Bottom Of The Class For ‘Two-Faced’ World Bank In Climate Change Scorecard
Development charity Christian Aid has graded the World Bank ‘F’ as part of the climate impact of the world’s multilateral investment banks.
Coming in last place, the World Bank was criticised for spending more on fossil fuels than clean energy, for its continued funding for exploration of yet more fossil fuels and its lack of a clear strategy to transform its investments to support the UN Paris Agreement.
This is despite the fact that it makes very strong public pronouncements on the urgency of climate change as a global problem.
The scorecard is published in the report, Financing our Future, which also grades the Inter-American Bank (D), the Asia Development Bank (E) and the African Development Bank (E). Jointly, the four development banks have financed $17.5bn of clean energy in the past 5 years, but they also spent $18bn on fossil fuels in the same period.
The report author, Dr Alison Doig, Christian Aid’s Principal Climate Change Advisor, said: “The historic Paris Agreement showed world leaders are waking up to dangers of climate change and have committed to do something about it. The World Bank should be at the forefront of this global transition to a low-carbon world, yet its investments give a confused and contradictory picture.
“With one hand they finance some innovative clean energy access projects and warn of the dangers of climate change, yet with the other they spend millions on fossil fuel exploration and development which have little impact on poverty reduction. This is despite the International Energy Agency warning that no more than a third of proven reserves can be consumed prior to 2050 if we are to keep global temperature rise under 2 degrees.
“It’s clear that all these development banks need to clean up their act and to do it quickly, especially the World Bank, which is currently bottom of the class.
“If World Bank President Jim Yong Kim wants to be taken seriously as a champion of global development he must overhaul this two-faced investment policy and get serious about ensuring clean energy access in poor countries.”
She added: “Climate change is the greatest threat to development, so to have development banks investing in fossil fuels is deluded. Instead these banks need to play a catalytic role so that people living in poverty can access sustainable energy that meets their needs.”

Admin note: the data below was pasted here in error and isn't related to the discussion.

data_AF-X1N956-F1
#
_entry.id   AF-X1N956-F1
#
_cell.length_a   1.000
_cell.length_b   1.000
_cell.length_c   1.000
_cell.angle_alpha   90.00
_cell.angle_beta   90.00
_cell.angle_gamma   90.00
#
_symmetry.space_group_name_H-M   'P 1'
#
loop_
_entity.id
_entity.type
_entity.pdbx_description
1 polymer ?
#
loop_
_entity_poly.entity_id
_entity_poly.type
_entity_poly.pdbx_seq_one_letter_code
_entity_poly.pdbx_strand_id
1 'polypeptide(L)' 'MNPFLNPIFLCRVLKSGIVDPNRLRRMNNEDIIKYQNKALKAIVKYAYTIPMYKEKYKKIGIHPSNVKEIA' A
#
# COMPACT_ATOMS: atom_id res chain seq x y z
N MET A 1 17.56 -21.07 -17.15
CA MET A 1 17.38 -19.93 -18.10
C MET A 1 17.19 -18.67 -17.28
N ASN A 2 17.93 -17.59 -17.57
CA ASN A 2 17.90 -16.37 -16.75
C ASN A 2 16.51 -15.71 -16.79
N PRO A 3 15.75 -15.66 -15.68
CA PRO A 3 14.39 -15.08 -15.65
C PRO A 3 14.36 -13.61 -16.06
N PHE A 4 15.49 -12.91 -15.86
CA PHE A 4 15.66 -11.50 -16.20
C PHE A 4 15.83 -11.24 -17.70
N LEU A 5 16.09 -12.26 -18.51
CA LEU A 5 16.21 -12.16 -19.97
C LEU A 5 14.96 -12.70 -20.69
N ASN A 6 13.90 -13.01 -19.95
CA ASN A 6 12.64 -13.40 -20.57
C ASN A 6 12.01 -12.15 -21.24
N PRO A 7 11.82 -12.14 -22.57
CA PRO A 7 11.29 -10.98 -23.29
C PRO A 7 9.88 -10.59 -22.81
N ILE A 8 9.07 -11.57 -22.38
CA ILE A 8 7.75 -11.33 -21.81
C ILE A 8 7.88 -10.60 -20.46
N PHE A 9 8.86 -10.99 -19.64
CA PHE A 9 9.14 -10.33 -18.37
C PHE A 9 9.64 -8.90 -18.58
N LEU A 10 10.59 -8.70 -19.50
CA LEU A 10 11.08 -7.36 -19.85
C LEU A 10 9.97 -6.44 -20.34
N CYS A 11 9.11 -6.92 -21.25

The report shows that all the investment banks have good examples of backing renewable energy projects in the developing world, yet they all score disappointingly low on the clean energy scorecard. This assesses total spend on renewables verses fossil fuels, their policies on fossil fuel phase out, how supportive they are for clean energy access and the transparency on the carbon footprint of their investment and strategy to reduce it.
Dr Doig added that the UK Government had a key role to play in reforming the banks and encouraging them to get their act together.
She said: “The Department for International Development has taken positive steps, including its Energy Africa campaign which aims to extend the use of solar powered electricity to light up African homes and businesses. This 21st century energy supply is sustainable, affordable and reliable. It is exactly this kind of energy access initiative we need to see more of.
“We need the UK to knock heads together in the development community and ensure policies and investments which will deliver the Paris Agreement.”
The report concludes with three recommendations that would help make the development banks fit for purpose.
1. Ensure the carbon emissions of their funding portfolios is publicly available and set clear targets to reduce the carbon footprint of their investments and their exposure to climate risk
2. Support developing countries to achieve their greenhouse gas reduction commitments by phasing out financing for fossil fuels by 2020, and instead prioritising financial support for delivery of countries’ commitments under the Paris Agreement.
3. Support developing countries to achieve universal access to energy, giving greater priority to decentralised and off-grid renewable energy technologies.
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